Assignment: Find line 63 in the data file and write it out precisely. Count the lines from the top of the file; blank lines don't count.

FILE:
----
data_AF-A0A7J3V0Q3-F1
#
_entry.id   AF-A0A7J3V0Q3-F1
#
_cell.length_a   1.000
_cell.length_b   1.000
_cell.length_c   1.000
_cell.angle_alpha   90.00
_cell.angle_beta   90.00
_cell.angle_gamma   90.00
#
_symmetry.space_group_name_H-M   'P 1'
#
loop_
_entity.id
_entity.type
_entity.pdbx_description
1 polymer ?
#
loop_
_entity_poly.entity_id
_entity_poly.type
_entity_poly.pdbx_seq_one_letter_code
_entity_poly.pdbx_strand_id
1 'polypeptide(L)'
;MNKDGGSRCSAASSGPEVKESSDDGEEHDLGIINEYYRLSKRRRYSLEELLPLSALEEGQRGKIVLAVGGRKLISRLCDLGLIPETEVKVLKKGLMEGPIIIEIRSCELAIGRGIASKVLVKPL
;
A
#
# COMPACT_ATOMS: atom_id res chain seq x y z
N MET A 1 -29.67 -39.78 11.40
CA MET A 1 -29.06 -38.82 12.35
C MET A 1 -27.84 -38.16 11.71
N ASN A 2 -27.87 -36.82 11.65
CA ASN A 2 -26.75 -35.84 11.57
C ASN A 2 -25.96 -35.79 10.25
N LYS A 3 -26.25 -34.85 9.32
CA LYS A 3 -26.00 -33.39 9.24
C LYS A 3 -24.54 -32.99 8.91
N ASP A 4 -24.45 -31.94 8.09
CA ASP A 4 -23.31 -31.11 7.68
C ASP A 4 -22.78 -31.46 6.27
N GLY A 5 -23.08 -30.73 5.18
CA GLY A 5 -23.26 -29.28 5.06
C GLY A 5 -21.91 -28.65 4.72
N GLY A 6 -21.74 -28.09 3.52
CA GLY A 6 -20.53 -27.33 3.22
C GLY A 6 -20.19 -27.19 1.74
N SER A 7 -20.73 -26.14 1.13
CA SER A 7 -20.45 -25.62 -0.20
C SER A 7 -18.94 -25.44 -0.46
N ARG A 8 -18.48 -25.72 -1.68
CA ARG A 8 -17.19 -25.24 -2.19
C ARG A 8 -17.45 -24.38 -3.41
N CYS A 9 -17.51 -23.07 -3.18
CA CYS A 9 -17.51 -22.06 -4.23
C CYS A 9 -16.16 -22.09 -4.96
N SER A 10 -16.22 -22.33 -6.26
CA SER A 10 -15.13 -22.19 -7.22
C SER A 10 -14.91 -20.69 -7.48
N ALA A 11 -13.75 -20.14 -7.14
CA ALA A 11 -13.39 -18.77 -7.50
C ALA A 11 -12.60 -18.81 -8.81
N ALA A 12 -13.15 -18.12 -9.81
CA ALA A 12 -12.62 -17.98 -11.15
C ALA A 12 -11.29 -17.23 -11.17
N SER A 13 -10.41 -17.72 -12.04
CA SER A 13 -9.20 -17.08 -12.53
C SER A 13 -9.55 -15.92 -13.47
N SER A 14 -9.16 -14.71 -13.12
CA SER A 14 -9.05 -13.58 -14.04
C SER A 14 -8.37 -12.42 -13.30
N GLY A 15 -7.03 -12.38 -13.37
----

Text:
C ALA A 11 -12.60 -18.81 -8.81